What is a durable power of attorney for healthcare?

A durable power of attorney for healthcare does not have an expiration date listed and continues until death, especially if the authorizing party should become mentally incompetent. There are several types of power of attorneys.  The Coroner’s Office requires that anyone acting on behalf of a decedent have a durable power of attorney for healthcare that allows that person to make decisions for your loved one. If you are the legal next-of-kin for the decedent, the power of attorney is not necessary. However, Idaho law states that a person who has a durable power of attorney for healthcare is the person who will make final decisions for your loved one. That person may be a family member, a friend or a professional who was given this authority in a written document that is properly completed.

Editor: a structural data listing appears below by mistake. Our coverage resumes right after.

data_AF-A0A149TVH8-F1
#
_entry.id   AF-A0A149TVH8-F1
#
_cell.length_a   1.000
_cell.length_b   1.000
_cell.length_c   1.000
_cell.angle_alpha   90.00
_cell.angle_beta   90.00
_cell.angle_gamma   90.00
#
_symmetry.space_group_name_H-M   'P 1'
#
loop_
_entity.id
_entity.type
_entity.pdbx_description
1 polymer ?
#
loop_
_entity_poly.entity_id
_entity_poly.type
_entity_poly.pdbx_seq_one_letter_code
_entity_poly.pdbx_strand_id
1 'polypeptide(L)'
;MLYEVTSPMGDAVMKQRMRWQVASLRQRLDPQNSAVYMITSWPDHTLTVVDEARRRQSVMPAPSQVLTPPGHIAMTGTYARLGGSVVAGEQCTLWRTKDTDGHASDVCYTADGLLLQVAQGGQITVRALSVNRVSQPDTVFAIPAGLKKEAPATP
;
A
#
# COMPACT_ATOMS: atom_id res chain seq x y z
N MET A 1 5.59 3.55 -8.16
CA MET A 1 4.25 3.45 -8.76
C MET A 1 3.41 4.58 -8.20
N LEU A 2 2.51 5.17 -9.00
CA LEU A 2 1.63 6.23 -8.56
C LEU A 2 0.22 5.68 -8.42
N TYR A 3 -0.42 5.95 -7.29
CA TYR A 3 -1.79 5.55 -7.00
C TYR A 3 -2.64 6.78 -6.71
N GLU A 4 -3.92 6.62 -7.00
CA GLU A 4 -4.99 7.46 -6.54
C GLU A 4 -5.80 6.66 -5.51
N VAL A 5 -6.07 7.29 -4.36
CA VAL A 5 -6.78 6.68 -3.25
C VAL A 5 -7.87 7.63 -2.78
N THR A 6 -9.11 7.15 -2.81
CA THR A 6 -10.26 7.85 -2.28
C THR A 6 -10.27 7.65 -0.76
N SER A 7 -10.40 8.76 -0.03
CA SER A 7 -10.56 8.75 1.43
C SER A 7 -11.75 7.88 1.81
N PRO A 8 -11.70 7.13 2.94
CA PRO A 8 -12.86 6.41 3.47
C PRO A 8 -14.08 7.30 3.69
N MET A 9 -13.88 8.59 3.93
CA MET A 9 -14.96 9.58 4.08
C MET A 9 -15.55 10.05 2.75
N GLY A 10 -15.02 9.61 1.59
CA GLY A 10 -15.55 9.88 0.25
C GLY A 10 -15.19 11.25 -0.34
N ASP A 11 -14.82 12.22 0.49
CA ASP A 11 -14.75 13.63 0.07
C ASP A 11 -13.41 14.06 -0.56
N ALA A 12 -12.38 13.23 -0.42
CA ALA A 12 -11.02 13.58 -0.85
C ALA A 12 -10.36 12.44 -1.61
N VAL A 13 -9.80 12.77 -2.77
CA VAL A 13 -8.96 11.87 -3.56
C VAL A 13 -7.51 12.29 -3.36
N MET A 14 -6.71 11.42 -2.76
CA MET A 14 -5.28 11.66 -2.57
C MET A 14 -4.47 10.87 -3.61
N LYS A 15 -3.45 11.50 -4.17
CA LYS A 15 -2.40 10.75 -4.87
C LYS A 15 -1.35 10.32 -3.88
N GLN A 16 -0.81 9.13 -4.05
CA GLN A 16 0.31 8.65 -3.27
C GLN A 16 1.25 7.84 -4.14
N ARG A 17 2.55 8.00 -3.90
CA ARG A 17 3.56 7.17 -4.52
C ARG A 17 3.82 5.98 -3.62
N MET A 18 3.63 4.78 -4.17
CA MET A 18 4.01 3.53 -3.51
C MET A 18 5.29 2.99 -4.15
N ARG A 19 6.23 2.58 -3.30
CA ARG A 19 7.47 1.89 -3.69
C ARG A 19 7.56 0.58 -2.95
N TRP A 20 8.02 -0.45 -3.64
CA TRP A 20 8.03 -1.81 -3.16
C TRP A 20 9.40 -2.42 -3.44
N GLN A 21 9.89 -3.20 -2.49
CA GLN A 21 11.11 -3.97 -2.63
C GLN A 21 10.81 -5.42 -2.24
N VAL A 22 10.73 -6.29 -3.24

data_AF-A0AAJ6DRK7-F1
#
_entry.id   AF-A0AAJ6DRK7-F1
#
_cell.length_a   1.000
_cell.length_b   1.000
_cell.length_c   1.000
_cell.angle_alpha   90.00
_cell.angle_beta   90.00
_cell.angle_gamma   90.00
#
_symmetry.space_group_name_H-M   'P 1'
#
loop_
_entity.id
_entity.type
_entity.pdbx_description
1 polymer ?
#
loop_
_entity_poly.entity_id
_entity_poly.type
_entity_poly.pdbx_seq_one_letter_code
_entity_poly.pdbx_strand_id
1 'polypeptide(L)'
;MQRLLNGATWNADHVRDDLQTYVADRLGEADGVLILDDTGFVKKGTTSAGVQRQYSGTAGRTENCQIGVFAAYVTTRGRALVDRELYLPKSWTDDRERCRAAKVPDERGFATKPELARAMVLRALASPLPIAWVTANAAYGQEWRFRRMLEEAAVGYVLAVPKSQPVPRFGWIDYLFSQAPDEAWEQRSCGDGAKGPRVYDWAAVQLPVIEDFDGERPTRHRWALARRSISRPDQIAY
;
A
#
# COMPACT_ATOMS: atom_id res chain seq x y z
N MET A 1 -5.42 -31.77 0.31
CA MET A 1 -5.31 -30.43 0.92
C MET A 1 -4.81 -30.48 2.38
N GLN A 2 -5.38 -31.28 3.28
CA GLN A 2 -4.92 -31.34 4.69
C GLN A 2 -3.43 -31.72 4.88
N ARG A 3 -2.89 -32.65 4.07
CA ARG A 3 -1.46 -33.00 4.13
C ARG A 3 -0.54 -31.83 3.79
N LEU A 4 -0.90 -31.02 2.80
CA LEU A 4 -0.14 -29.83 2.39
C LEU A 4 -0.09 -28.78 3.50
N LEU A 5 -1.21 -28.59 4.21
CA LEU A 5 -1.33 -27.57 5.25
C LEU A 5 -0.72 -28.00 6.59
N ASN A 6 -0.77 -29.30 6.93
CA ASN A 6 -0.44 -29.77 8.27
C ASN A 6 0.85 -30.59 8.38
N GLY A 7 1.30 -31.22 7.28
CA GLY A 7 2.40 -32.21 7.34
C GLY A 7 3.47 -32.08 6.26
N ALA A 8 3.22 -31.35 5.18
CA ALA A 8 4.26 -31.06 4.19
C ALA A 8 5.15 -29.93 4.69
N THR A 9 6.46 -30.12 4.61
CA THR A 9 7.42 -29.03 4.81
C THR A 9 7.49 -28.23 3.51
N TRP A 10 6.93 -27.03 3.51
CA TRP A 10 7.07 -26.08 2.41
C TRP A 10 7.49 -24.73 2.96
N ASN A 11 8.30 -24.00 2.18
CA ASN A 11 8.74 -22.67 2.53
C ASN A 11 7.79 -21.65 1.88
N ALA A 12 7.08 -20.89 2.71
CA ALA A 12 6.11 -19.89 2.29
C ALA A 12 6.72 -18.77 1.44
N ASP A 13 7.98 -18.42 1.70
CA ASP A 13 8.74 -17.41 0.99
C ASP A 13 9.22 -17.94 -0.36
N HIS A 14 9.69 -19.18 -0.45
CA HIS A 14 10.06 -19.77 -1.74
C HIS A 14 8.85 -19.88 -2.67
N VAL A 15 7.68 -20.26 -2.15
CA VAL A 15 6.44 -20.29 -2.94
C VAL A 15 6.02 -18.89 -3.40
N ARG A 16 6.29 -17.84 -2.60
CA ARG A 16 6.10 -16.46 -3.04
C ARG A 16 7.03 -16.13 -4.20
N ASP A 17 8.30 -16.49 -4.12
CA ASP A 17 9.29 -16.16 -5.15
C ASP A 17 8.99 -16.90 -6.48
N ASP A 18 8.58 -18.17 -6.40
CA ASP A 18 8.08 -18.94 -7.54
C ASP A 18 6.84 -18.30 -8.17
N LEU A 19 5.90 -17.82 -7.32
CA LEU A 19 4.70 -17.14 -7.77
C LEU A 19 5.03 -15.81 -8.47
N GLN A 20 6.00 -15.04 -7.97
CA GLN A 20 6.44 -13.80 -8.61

A power of attorney that is NOT durable generally ends at death and would not allow the holder to handle final arrangements or authorize the release of information.

When is a Personal Representative needed?

When there is no one available who would have legal authority to handle the legal matters of the estate, the court can appoint a personal representative. An application or case must be filled with the local court requesting assignment as a personal representative. The case will be assigned to a judge and there may be hearings held in the matter. At times the treasurer of the county of jurisdiction will be assigned this responsibility under Idaho code. The person assigned as personal representative must follow the court’s directions as stated in the order. If you choose to become a personal representative for a decedent, you may want to seek advice from an attorney.

What do I do next?

We recommend seeking support from family and friends to assist you in getting through this difficult time. If you are the legal next of kin to the deceased individual or the executor of his/her estate, you will need to begin making final arrangements for your loved one. Once you have selected a funeral home to handle your loved one’s final arrangements, they will guide you and help you to fill out all of the necessary paperwork.